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evensflow: What big stuff is there to do In India? JP:

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Eternal Intern
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evensflow: What big stuff is there to do In India? JP: [#permalink] New post 12 Jul 2003, 14:58
:lol:

evensflow: What big stuff is there to do In India?
JP: Detroit?

Stoylar: Moscow

Triangle ABC and ABD share side AB. Triangle ABC has area Q and Triangle ABD has area R. If AD is longer than AC and BD is longer than BC, which of the following could be true?

I) R > Q

II) R= Q
III) R < Q




Triangle ABC and ABD share side AB. Triangle ABC has area Q and Triangle ABD has area R. If AD is longer than AC and BD is longer than BC, which of the following could be true?

I) R > Q

II) R= Q
III) R < Q

I have tried every drawing of the sides and stuff but it hasn't worked out yet.


All three can be true. In the diagrams, the red lines are parallel to AB which is drawn as the base for both triangles. The red lines are also equidistant from AB. Since area = (1/2) base * height and the bases are the same for each triangle, we only need to compare the heights. The height is the perpendicular distance of the third point of each triangle to the line passing through AB.


R > Q





since D is past the red line, R > Q




R = Q





since D is on the red line, R = Q




R < Q





since D is behind the red line, R < Q




in all three diagrams AD > AC and BD > BC

Last edited by Curly05 on 16 Jul 2003, 17:28, edited 1 time in total.
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Nope all three [#permalink] New post 13 Jul 2003, 05:13
That is what makes this question so hard, all three is right, according to ETS!

Anyone else can help out would be greatly appreciated. Why do you say two is right?
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 [#permalink] New post 13 Jul 2003, 05:19
I is clear. There are many examples

II The triangles sharing the same base can have the same heights. Thus, their areas are equal.

III (???)
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Stolyar [#permalink] New post 13 Jul 2003, 06:04
Somehow, I think ETS wants you to draw a special sort of triangle.

Rule Out Isosceles, and Equilateral.

Does the height of the triangle reach the vertex or the top ?

And the height of the triangle is determined by the left and right sides, so the longer the sides, the further the height reaches ? :?:


There's no way two and three can be right, but they are.

The answer key is not lying!
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 [#permalink] New post 13 Jul 2003, 17:11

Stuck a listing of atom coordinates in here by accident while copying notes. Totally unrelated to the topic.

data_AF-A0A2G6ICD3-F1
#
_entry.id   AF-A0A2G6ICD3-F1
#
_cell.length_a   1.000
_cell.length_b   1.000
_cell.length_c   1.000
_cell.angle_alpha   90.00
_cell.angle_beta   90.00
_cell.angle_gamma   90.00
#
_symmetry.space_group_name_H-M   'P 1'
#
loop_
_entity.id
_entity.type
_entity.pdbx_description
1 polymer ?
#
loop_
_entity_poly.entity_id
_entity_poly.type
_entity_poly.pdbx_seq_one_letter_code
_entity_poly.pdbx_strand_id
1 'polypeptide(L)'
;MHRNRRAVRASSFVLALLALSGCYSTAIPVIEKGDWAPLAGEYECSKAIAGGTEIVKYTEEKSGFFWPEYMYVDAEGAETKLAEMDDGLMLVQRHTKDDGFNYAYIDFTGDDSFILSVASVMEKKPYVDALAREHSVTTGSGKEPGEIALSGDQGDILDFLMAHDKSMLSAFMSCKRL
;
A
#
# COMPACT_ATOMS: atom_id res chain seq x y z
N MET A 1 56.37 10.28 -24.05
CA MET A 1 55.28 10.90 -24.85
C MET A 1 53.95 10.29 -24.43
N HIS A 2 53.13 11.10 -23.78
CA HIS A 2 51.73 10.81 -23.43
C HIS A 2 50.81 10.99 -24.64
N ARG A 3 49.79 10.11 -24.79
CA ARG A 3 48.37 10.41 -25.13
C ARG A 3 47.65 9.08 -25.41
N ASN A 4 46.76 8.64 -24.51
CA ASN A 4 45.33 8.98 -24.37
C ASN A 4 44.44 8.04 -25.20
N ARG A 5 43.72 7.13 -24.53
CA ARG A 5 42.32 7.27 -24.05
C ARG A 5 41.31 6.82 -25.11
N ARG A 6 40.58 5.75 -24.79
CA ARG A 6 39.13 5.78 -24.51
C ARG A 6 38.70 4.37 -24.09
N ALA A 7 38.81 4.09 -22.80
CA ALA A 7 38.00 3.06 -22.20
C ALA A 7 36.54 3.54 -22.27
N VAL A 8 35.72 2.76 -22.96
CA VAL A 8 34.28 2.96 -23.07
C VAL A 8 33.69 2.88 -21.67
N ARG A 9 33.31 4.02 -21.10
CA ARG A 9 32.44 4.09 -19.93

Yes! All three are possible.

ETS is so good in formating questions those are nothing to do
with math skills, but to do with crative thinking.

Assume, ABD triangle with two angles equal 1 degree and other is 178.
But ABC with all the three angles as 60 degrees.

That will satisfy the third condition.
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Kpadama [#permalink] New post 13 Jul 2003, 17:39
Hey I need someone to draw a diagram to see all three, it is impossible for us to learn without one. Which angle is 178, it can't be ADB.
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All three is possible. [#permalink] New post 14 Jul 2003, 11:35
I draw a picture, hope you can see it clearly.
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 [#permalink] New post 14 Jul 2003, 21:12
It is just a game "common base and height"
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 [#permalink] New post 15 Jul 2003, 02:55
OKies here's my answer,

What i know of an area of triangle is that it is 1/2 * base * side length * Sine of the included angle between them.

So depending upon your sine value of the angle the are can be less than, equal to or greater than the other area.

HTH:)

P.S: Well, Curly, somehow i just fail to understand your questions. You either seem to be interested in other topics apart from the question or you provide half information abt the question. I would appreciate your questions if you could please seperate your personal questions from the main GMAT questions which you wish to get answered. You talk about a GMAT question one moment and the next you want to know wassup in Moscow or in India.

This is a good will gesture, i dont mean to hurt anyone. But please try to maintain the personal questions at the end of the post rather than at the begining and stick to the question wherein everyone will benefit. :)
  [#permalink] 15 Jul 2003, 02:55
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